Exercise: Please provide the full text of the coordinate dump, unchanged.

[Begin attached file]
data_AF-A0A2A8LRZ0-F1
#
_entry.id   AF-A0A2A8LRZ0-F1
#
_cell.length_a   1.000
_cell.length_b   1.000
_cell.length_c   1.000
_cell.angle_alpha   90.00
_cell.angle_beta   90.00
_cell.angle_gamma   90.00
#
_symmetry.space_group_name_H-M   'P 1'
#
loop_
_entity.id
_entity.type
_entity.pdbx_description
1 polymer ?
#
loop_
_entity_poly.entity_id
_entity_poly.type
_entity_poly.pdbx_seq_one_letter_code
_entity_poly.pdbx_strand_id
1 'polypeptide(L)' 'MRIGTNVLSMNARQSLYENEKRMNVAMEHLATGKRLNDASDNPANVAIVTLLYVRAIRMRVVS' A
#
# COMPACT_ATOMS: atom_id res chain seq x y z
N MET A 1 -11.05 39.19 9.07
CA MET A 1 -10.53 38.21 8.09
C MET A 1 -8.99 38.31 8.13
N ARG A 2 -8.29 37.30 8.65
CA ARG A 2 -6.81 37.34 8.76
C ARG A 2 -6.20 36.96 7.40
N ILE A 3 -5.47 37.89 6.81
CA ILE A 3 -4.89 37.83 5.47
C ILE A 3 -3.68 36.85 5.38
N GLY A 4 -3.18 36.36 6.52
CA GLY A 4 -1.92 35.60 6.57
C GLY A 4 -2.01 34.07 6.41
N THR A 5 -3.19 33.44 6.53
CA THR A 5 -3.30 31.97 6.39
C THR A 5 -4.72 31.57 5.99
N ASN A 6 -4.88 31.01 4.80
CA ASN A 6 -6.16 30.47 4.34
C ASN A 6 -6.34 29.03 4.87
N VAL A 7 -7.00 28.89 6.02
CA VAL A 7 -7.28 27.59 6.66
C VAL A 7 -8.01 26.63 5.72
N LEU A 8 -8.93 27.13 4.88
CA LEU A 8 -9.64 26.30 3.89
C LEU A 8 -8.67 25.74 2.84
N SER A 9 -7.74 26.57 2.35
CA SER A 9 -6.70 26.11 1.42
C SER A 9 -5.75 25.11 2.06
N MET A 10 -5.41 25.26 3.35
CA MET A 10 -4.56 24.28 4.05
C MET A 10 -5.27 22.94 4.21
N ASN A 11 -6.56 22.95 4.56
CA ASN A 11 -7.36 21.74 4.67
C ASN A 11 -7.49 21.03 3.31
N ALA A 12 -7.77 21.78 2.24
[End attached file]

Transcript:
data_AF-A0A2A8LRZ0-F1
#
_entry.id   AF-A0A2A8LRZ0-F1
#
_cell.length_a   1.000
_cell.length_b   1.000
_cell.length_c   1.000
_cell.angle_alpha   90.00
_cell.angle_beta   90.00
_cell.angle_gamma   90.00
#
_symmetry.space_group_name_H-M   'P 1'
#
loop_
_entity.id
_entity.type
_entity.pdbx_description
1 polymer ?
#
loop_
_entity_poly.entity_id
_entity_poly.type
_entity_poly.pdbx_seq_one_letter_code
_entity_poly.pdbx_strand_id
1 'polypeptide(L)' 'MRIGTNVLSMNARQSLYENEKRMNVAMEHLATGKRLNDASDNPANVAIVTLLYVRAIRMRVVS' A
#
# COMPACT_ATOMS: atom_id res chain seq x y z
N MET A 1 -11.05 39.19 9.07
CA MET A 1 -10.53 38.21 8.09
C MET A 1 -8.99 38.31 8.13
N ARG A 2 -8.29 37.30 8.65
CA ARG A 2 -6.81 37.34 8.76
C ARG A 2 -6.20 36.96 7.40
N ILE A 3 -5.47 37.89 6.81
CA ILE A 3 -4.89 37.83 5.47
C ILE A 3 -3.68 36.85 5.38
N GLY A 4 -3.18 36.36 6.52
CA GLY A 4 -1.92 35.60 6.57
C GLY A 4 -2.01 34.07 6.41
N THR A 5 -3.19 33.44 6.53
CA THR A 5 -3.30 31.97 6.39
C THR A 5 -4.72 31.57 5.99
N ASN A 6 -4.88 31.01 4.80
CA ASN A 6 -6.16 30.47 4.34
C ASN A 6 -6.34 29.03 4.87
N VAL A 7 -7.00 28.89 6.02
CA VAL A 7 -7.28 27.59 6.66
C VAL A 7 -8.01 26.63 5.72
N LEU A 8 -8.93 27.13 4.88
CA LEU A 8 -9.64 26.30 3.89
C LEU A 8 -8.67 25.74 2.84
N SER A 9 -7.74 26.57 2.35
CA SER A 9 -6.70 26.11 1.42
C SER A 9 -5.75 25.11 2.06
N MET A 10 -5.41 25.26 3.35
CA MET A 10 -4.56 24.28 4.05
C MET A 10 -5.27 22.94 4.21
N ASN A 11 -6.56 22.95 4.56
CA ASN A 11 -7.36 21.74 4.67
C ASN A 11 -7.49 21.03 3.31
N ALA A 12 -7.77 21.78 2.24